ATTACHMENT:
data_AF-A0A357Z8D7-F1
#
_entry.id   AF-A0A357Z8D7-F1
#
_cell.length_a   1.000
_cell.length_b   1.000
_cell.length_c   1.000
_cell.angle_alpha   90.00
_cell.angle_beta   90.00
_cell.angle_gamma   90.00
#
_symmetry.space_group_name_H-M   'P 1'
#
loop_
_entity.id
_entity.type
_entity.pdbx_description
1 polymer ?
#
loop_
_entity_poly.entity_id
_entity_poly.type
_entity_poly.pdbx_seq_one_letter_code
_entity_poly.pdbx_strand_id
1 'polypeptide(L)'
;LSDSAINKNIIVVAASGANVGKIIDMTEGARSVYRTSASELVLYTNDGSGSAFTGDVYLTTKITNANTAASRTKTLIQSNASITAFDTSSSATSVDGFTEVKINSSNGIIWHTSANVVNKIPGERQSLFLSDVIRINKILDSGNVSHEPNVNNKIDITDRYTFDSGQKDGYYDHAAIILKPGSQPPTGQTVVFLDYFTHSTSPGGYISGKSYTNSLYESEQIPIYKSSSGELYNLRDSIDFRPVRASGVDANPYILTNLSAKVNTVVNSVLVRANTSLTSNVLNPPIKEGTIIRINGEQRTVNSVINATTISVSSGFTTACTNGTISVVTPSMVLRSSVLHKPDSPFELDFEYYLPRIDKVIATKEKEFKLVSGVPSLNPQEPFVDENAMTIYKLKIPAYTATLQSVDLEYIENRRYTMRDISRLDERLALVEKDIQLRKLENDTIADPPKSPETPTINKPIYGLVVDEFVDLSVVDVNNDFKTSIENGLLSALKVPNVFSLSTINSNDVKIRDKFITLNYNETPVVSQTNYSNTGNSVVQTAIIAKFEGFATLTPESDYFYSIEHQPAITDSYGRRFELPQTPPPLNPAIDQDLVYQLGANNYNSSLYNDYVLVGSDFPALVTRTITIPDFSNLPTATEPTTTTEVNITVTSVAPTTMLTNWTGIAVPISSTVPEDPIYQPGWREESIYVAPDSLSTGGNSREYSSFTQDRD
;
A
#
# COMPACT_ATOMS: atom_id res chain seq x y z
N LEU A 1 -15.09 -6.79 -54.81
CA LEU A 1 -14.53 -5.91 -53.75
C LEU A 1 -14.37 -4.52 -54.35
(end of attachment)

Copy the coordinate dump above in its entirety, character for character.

data_AF-A0A357Z8D7-F1
#
_entry.id   AF-A0A357Z8D7-F1
#
_cell.length_a   1.000
_cell.length_b   1.000
_cell.length_c   1.000
_cell.angle_alpha   90.00
_cell.angle_beta   90.00
_cell.angle_gamma   90.00
#
_symmetry.space_group_name_H-M   'P 1'
#
loop_
_entity.id
_entity.type
_entity.pdbx_description
1 polymer ?
#
loop_
_entity_poly.entity_id
_entity_poly.type
_entity_poly.pdbx_seq_one_letter_code
_entity_poly.pdbx_strand_id
1 'polypeptide(L)'
;LSDSAINKNIIVVAASGANVGKIIDMTEGARSVYRTSASELVLYTNDGSGSAFTGDVYLTTKITNANTAASRTKTLIQSNASITAFDTSSSATSVDGFTEVKINSSNGIIWHTSANVVNKIPGERQSLFLSDVIRINKILDSGNVSHEPNVNNKIDITDRYTFDSGQKDGYYDHAAIILKPGSQPPTGQTVVFLDYFTHSTSPGGYISGKSYTNSLYESEQIPIYKSSSGELYNLRDSIDFRPVRASGVDANPYILTNLSAKVNTVVNSVLVRANTSLTSNVLNPPIKEGTIIRINGEQRTVNSVINATTISVSSGFTTACTNGTISVVTPSMVLRSSVLHKPDSPFELDFEYYLPRIDKVIATKEKEFKLVSGVPSLNPQEPFVDENAMTIYKLKIPAYTATLQSVDLEYIENRRYTMRDISRLDERLALVEKDIQLRKLENDTIADPPKSPETPTINKPIYGLVVDEFVDLSVVDVNNDFKTSIENGLLSALKVPNVFSLSTINSNDVKIRDKFITLNYNETPVVSQTNYSNTGNSVVQTAIIAKFEGFATLTPESDYFYSIEHQPAITDSYGRRFELPQTPPPLNPAIDQDLVYQLGANNYNSSLYNDYVLVGSDFPALVTRTITIPDFSNLPTATEPTTTTEVNITVTSVAPTTMLTNWTGIAVPISSTVPEDPIYQPGWREESIYVAPDSLSTGGNSREYSSFTQDRD
;
A
#
# COMPACT_ATOMS: atom_id res chain seq x y z
N LEU A 1 -15.09 -6.79 -54.81
CA LEU A 1 -14.53 -5.91 -53.75
C LEU A 1 -14.37 -4.52 -54.35